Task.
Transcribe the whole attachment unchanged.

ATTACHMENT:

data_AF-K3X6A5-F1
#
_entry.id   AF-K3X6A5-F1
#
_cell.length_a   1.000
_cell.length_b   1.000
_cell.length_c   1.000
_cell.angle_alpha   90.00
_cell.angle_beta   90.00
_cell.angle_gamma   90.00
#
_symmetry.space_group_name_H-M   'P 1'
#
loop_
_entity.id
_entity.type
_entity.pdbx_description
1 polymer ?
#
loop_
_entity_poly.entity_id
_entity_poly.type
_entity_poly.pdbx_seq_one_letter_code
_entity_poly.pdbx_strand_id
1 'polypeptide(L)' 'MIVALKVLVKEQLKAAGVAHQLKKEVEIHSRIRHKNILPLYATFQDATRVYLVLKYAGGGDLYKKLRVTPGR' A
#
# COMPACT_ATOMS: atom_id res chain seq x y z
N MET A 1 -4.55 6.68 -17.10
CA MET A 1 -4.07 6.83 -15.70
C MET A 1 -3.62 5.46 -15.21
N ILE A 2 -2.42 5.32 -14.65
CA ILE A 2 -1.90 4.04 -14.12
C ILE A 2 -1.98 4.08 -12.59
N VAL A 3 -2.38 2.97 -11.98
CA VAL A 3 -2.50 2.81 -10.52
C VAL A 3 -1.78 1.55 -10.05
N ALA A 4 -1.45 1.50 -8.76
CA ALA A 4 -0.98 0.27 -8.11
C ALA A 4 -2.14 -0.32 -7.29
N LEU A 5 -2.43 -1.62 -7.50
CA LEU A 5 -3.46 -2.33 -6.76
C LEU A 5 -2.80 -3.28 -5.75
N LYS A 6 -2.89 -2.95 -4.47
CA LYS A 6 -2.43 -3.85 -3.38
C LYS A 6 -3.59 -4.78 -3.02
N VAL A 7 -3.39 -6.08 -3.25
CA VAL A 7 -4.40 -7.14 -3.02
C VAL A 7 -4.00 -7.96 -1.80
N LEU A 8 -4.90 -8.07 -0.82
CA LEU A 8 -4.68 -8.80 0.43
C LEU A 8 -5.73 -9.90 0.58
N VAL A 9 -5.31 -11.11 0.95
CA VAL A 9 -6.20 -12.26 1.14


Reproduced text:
data_AF-K3X6A5-F1
#
_entry.id   AF-K3X6A5-F1
#
_cell.length_a   1.000
_cell.length_b   1.000
_cell.length_c   1.000
_cell.angle_alpha   90.00
_cell.angle_beta   90.00
_cell.angle_gamma   90.00
#
_symmetry.space_group_name_H-M   'P 1'
#
loop_
_entity.id
_entity.type
_entity.pdbx_description
1 polymer ?
#
loop_
_entity_poly.entity_id
_entity_poly.type
_entity_poly.pdbx_seq_one_letter_code
_entity_poly.pdbx_strand_id
1 'polypeptide(L)' 'MIVALKVLVKEQLKAAGVAHQLKKEVEIHSRIRHKNILPLYATFQDATRVYLVLKYAGGGDLYKKLRVTPGR' A
#
# COMPACT_ATOMS: atom_id res chain seq x y z
N MET A 1 -4.55 6.68 -17.10
CA MET A 1 -4.07 6.83 -15.70
C MET A 1 -3.62 5.46 -15.21
N ILE A 2 -2.42 5.32 -14.65
CA ILE A 2 -1.90 4.04 -14.12
C ILE A 2 -1.98 4.08 -12.59
N VAL A 3 -2.38 2.97 -11.98
CA VAL A 3 -2.50 2.81 -10.52
C VAL A 3 -1.78 1.55 -10.05
N ALA A 4 -1.45 1.50 -8.76
CA ALA A 4 -0.98 0.27 -8.11
C ALA A 4 -2.14 -0.32 -7.29
N LEU A 5 -2.43 -1.62 -7.50
CA LEU A 5 -3.46 -2.33 -6.76
C LEU A 5 -2.80 -3.28 -5.75
N LYS A 6 -2.89 -2.95 -4.47
CA LYS A 6 -2.43 -3.85 -3.38
C LYS A 6 -3.59 -4.78 -3.02
N VAL A 7 -3.39 -6.08 -3.25
CA VAL A 7 -4.40 -7.14 -3.02
C VAL A 7 -4.00 -7.96 -1.80
N LEU A 8 -4.90 -8.07 -0.82
CA LEU A 8 -4.68 -8.80 0.43
C LEU A 8 -5.73 -9.90 0.58
N VAL A 9 -5.31 -11.11 0.95
CA VAL A 9 -6.20 -12.26 1.14